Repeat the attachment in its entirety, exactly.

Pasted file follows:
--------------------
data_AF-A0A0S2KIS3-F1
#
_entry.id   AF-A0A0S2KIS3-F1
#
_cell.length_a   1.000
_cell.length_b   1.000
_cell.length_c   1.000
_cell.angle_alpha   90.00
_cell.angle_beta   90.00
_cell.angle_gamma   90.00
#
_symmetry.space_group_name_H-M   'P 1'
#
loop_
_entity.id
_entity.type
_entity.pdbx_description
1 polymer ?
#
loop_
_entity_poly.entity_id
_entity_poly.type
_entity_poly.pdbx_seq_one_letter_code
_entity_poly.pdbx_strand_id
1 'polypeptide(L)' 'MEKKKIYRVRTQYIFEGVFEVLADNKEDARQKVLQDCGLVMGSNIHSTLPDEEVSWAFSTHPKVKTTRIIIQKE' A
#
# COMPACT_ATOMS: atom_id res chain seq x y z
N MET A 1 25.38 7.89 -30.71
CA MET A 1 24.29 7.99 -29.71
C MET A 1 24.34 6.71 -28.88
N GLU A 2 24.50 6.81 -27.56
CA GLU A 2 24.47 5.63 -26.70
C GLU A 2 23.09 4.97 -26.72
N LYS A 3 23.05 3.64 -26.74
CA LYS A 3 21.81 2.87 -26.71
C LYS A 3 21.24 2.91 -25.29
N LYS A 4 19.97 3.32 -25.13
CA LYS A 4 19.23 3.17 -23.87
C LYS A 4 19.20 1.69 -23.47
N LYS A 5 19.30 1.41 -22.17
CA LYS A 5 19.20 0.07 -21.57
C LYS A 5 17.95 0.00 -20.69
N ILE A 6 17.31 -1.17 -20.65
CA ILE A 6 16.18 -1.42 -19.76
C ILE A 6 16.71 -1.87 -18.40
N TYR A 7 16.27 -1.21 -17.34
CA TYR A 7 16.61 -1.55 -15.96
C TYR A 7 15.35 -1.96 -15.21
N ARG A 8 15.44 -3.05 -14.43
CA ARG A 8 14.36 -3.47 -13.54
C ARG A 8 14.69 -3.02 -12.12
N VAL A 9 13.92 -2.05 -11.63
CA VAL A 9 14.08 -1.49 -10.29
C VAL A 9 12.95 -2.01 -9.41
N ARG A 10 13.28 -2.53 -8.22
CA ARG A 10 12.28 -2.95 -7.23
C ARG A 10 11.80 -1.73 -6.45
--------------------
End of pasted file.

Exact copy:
data_AF-A0A0S2KIS3-F1
#
_entry.id   AF-A0A0S2KIS3-F1
#
_cell.length_a   1.000
_cell.length_b   1.000
_cell.length_c   1.000
_cell.angle_alpha   90.00
_cell.angle_beta   90.00
_cell.angle_gamma   90.00
#
_symmetry.space_group_name_H-M   'P 1'
#
loop_
_entity.id
_entity.type
_entity.pdbx_description
1 polymer ?
#
loop_
_entity_poly.entity_id
_entity_poly.type
_entity_poly.pdbx_seq_one_letter_code
_entity_poly.pdbx_strand_id
1 'polypeptide(L)' 'MEKKKIYRVRTQYIFEGVFEVLADNKEDARQKVLQDCGLVMGSNIHSTLPDEEVSWAFSTHPKVKTTRIIIQKE' A
#
# COMPACT_ATOMS: atom_id res chain seq x y z
N MET A 1 25.38 7.89 -30.71
CA MET A 1 24.29 7.99 -29.71
C MET A 1 24.34 6.71 -28.88
N GLU A 2 24.50 6.81 -27.56
CA GLU A 2 24.47 5.63 -26.70
C GLU A 2 23.09 4.97 -26.72
N LYS A 3 23.05 3.64 -26.74
CA LYS A 3 21.81 2.87 -26.71
C LYS A 3 21.24 2.91 -25.29
N LYS A 4 19.97 3.32 -25.13
CA LYS A 4 19.23 3.17 -23.87
C LYS A 4 19.20 1.69 -23.47
N LYS A 5 19.30 1.41 -22.17
CA LYS A 5 19.20 0.07 -21.57
C LYS A 5 17.95 0.00 -20.69
N ILE A 6 17.31 -1.17 -20.65
CA ILE A 6 16.18 -1.42 -19.76
C ILE A 6 16.71 -1.87 -18.40
N TYR A 7 16.27 -1.21 -17.34
CA TYR A 7 16.61 -1.55 -15.96
C TYR A 7 15.35 -1.96 -15.21
N ARG A 8 15.44 -3.05 -14.43
CA ARG A 8 14.36 -3.47 -13.54
C ARG A 8 14.69 -3.02 -12.12
N VAL A 9 13.92 -2.05 -11.63
CA VAL A 9 14.08 -1.49 -10.29
C VAL A 9 12.95 -2.01 -9.41
N ARG A 10 13.28 -2.53 -8.22
CA ARG A 10 12.28 -2.95 -7.23
C ARG A 10 11.80 -1.73 -6.45